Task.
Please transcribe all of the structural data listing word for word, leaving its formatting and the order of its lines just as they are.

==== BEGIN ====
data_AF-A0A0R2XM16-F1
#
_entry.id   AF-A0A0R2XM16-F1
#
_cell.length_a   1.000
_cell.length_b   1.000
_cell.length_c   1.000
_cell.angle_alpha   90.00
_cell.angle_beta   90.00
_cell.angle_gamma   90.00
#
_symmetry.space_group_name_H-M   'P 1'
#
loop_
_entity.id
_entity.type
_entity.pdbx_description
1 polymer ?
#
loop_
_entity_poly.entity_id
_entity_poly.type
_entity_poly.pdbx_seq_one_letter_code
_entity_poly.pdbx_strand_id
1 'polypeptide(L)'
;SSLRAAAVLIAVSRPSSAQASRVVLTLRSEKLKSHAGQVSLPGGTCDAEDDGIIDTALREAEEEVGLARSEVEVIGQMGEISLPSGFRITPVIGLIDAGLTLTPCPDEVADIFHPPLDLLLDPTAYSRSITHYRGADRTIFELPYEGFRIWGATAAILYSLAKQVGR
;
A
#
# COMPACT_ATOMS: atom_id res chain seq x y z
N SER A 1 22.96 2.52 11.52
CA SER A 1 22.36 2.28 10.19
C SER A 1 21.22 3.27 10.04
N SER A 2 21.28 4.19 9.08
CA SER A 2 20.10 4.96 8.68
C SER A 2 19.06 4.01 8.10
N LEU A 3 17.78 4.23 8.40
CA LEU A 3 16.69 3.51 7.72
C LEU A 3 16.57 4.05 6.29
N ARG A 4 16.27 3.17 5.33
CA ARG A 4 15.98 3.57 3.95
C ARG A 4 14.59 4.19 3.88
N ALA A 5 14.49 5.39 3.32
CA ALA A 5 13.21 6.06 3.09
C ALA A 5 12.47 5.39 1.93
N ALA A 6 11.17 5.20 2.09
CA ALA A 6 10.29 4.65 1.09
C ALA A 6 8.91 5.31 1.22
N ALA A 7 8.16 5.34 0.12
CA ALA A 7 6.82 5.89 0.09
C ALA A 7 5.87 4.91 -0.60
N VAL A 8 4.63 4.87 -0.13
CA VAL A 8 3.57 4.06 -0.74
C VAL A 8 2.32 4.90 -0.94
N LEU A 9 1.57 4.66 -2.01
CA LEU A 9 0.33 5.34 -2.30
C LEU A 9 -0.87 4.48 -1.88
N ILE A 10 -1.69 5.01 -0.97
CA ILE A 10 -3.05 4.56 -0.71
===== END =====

data_AF-A0A0R2XM16-F1
#
_entry.id   AF-A0A0R2XM16-F1
#
_cell.length_a   1.000
_cell.length_b   1.000
_cell.length_c   1.000
_cell.angle_alpha   90.00
_cell.angle_beta   90.00
_cell.angle_gamma   90.00
#
_symmetry.space_group_name_H-M   'P 1'
#
loop_
_entity.id
_entity.type
_entity.pdbx_description
1 polymer ?
#
loop_
_entity_poly.entity_id
_entity_poly.type
_entity_poly.pdbx_seq_one_letter_code
_entity_poly.pdbx_strand_id
1 'polypeptide(L)'
;SSLRAAAVLIAVSRPSSAQASRVVLTLRSEKLKSHAGQVSLPGGTCDAEDDGIIDTALREAEEEVGLARSEVEVIGQMGEISLPSGFRITPVIGLIDAGLTLTPCPDEVADIFHPPLDLLLDPTAYSRSITHYRGADRTIFELPYEGFRIWGATAAILYSLAKQVGR
;
A
#
# COMPACT_ATOMS: atom_id res chain seq x y z
N SER A 1 22.96 2.52 11.52
CA SER A 1 22.36 2.28 10.19
C SER A 1 21.22 3.27 10.04
N SER A 2 21.28 4.19 9.08
CA SER A 2 20.10 4.96 8.68
C SER A 2 19.06 4.01 8.10
N LEU A 3 17.78 4.23 8.40
CA LEU A 3 16.69 3.51 7.72
C LEU A 3 16.57 4.05 6.29
N ARG A 4 16.27 3.17 5.33
CA ARG A 4 15.98 3.57 3.95
C ARG A 4 14.59 4.19 3.88
N ALA A 5 14.49 5.39 3.32
CA ALA A 5 13.21 6.06 3.09
C ALA A 5 12.47 5.39 1.93
N ALA A 6 11.17 5.20 2.09
CA ALA A 6 10.29 4.65 1.09
C ALA A 6 8.91 5.31 1.22
N ALA A 7 8.16 5.34 0.12
CA ALA A 7 6.82 5.89 0.09
C ALA A 7 5.87 4.91 -0.60
N VAL A 8 4.63 4.87 -0.13
CA VAL A 8 3.57 4.06 -0.74
C VAL A 8 2.32 4.90 -0.94
N LEU A 9 1.57 4.66 -2.01
CA LEU A 9 0.33 5.34 -2.30
C LEU A 9 -0.87 4.48 -1.88
N ILE A 10 -1.69 5.01 -0.97
CA ILE A 10 -3.05 4.56 -0.71